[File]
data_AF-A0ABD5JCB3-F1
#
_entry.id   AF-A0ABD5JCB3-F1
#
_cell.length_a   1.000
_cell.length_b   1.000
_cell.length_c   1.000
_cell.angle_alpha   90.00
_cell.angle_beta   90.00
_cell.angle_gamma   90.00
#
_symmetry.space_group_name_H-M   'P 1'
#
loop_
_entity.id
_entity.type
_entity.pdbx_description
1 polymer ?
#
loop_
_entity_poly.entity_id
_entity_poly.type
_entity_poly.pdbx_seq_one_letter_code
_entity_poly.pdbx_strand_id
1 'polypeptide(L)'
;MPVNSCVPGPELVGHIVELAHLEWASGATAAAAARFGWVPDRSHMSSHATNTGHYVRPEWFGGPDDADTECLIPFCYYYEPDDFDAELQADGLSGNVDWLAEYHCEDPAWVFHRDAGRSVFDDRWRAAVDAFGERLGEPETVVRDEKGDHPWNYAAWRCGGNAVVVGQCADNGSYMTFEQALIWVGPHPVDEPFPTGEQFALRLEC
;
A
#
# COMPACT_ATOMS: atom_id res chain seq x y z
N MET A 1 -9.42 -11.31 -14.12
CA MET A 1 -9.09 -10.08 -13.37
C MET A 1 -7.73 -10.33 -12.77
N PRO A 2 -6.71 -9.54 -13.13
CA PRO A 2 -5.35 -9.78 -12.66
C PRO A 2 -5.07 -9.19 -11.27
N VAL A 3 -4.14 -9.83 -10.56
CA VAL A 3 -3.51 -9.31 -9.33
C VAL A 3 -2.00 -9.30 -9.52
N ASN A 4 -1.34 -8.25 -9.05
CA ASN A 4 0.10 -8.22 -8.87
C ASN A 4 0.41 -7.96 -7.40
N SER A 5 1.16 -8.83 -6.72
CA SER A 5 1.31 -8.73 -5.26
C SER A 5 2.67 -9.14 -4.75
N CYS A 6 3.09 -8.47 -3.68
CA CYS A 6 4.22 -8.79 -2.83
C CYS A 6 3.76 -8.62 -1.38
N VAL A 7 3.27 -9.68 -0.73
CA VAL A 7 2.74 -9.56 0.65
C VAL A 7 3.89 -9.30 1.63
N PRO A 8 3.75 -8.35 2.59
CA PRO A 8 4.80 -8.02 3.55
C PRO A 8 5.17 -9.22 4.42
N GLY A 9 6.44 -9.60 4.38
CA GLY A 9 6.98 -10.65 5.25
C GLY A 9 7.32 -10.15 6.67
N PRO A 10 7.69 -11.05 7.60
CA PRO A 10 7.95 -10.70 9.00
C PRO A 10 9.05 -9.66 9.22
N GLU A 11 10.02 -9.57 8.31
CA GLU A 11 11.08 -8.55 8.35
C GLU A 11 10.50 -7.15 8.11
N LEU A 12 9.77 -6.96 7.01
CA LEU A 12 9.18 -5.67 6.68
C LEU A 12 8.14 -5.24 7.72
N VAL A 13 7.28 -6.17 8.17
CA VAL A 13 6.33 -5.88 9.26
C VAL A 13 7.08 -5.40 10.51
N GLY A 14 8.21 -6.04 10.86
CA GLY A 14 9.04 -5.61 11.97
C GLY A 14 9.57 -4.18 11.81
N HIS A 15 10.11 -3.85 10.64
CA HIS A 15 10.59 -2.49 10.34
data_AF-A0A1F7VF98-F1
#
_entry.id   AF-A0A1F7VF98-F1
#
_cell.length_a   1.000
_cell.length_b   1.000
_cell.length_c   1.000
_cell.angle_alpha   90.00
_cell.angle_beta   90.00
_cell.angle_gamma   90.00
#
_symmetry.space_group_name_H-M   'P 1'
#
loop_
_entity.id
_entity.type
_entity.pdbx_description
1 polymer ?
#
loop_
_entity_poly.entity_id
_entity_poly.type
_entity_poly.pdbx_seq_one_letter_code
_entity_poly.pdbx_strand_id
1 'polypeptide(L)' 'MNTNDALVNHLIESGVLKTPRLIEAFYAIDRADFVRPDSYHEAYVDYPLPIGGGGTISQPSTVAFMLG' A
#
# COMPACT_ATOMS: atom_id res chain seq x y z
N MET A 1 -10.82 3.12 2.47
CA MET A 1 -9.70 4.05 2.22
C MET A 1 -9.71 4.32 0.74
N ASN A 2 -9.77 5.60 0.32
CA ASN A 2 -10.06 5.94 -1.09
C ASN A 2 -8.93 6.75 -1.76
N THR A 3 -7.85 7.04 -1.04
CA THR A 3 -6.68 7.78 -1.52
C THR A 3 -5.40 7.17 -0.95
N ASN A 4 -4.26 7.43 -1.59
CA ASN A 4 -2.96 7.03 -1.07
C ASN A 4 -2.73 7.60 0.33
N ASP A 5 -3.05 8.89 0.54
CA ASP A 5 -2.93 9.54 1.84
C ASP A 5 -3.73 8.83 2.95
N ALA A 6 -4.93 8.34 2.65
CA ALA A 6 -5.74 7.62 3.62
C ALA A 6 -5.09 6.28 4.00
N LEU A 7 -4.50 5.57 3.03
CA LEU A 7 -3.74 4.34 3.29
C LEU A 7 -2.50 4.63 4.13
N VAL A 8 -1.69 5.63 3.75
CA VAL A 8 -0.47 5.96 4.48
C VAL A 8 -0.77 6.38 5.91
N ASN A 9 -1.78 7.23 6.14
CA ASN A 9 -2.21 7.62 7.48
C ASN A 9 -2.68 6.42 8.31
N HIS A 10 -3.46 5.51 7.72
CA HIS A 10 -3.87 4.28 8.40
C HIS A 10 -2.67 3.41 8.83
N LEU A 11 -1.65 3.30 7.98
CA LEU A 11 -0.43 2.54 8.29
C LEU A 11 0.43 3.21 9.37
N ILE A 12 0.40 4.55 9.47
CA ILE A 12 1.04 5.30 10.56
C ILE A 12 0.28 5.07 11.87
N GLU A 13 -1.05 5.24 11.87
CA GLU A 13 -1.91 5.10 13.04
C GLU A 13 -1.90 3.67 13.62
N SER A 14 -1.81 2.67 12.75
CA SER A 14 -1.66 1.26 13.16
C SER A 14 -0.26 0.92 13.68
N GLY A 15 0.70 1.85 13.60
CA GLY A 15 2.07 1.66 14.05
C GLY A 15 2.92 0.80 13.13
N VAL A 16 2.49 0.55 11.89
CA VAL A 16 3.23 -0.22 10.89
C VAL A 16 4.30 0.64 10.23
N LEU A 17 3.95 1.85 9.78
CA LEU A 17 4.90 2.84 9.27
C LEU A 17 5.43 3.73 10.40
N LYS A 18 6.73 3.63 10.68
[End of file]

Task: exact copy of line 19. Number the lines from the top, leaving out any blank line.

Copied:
#